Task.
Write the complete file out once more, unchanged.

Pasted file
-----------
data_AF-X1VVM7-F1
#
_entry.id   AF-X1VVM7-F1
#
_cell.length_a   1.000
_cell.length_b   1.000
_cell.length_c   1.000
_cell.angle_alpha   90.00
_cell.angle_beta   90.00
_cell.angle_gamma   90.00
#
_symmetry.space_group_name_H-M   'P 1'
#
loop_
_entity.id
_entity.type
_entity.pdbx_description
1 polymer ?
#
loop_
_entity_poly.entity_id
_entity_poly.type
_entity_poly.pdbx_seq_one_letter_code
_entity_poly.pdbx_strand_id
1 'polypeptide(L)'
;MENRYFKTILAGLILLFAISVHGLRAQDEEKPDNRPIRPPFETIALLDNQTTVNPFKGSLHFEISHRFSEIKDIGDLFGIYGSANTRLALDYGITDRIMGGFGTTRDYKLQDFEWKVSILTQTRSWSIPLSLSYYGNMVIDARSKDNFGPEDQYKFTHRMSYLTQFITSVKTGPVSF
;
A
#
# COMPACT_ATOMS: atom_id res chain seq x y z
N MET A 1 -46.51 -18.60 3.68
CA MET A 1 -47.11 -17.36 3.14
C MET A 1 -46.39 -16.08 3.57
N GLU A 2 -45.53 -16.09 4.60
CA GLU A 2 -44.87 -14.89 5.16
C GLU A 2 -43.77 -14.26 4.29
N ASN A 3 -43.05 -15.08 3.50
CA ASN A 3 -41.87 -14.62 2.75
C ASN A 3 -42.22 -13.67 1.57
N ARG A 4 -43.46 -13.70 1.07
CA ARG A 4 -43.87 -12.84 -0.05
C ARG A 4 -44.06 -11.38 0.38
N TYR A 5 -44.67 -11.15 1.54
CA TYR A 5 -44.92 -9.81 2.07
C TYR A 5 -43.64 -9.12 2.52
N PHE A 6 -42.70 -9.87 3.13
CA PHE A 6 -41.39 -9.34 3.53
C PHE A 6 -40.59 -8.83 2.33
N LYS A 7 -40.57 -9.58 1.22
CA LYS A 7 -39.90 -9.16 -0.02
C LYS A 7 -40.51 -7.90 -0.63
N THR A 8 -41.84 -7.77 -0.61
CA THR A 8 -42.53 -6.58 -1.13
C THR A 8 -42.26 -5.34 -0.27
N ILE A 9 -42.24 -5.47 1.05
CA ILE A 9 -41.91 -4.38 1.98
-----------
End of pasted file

data_AF-X1VVM7-F1
#
_entry.id   AF-X1VVM7-F1
#
_cell.length_a   1.000
_cell.length_b   1.000
_cell.length_c   1.000
_cell.angle_alpha   90.00
_cell.angle_beta   90.00
_cell.angle_gamma   90.00
#
_symmetry.space_group_name_H-M   'P 1'
#
loop_
_entity.id
_entity.type
_entity.pdbx_description
1 polymer ?
#
loop_
_entity_poly.entity_id
_entity_poly.type
_entity_poly.pdbx_seq_one_letter_code
_entity_poly.pdbx_strand_id
1 'polypeptide(L)'
;MENRYFKTILAGLILLFAISVHGLRAQDEEKPDNRPIRPPFETIALLDNQTTVNPFKGSLHFEISHRFSEIKDIGDLFGIYGSANTRLALDYGITDRIMGGFGTTRDYKLQDFEWKVSILTQTRSWSIPLSLSYYGNMVIDARSKDNFGPEDQYKFTHRMSYLTQFITSVKTGPVSF
;
A
#
# COMPACT_ATOMS: atom_id res chain seq x y z
N MET A 1 -46.51 -18.60 3.68
CA MET A 1 -47.11 -17.36 3.14
C MET A 1 -46.39 -16.08 3.57
N GLU A 2 -45.53 -16.09 4.60
CA GLU A 2 -44.87 -14.89 5.16
C GLU A 2 -43.77 -14.26 4.29
N ASN A 3 -43.05 -15.08 3.50
CA ASN A 3 -41.87 -14.62 2.75
C ASN A 3 -42.22 -13.67 1.57
N ARG A 4 -43.46 -13.70 1.07
CA ARG A 4 -43.87 -12.84 -0.05
C ARG A 4 -44.06 -11.38 0.38
N TYR A 5 -44.67 -11.15 1.54
CA TYR A 5 -44.92 -9.81 2.07
C TYR A 5 -43.64 -9.12 2.52
N PHE A 6 -42.70 -9.87 3.13
CA PHE A 6 -41.39 -9.34 3.53
C PHE A 6 -40.59 -8.83 2.33
N LYS A 7 -40.57 -9.58 1.22
CA LYS A 7 -39.90 -9.16 -0.02
C LYS A 7 -40.51 -7.90 -0.63
N THR A 8 -41.84 -7.77 -0.61
CA THR A 8 -42.53 -6.58 -1.13
C THR A 8 -42.26 -5.34 -0.27
N ILE A 9 -42.24 -5.47 1.05
CA ILE A 9 -41.91 -4.38 1.98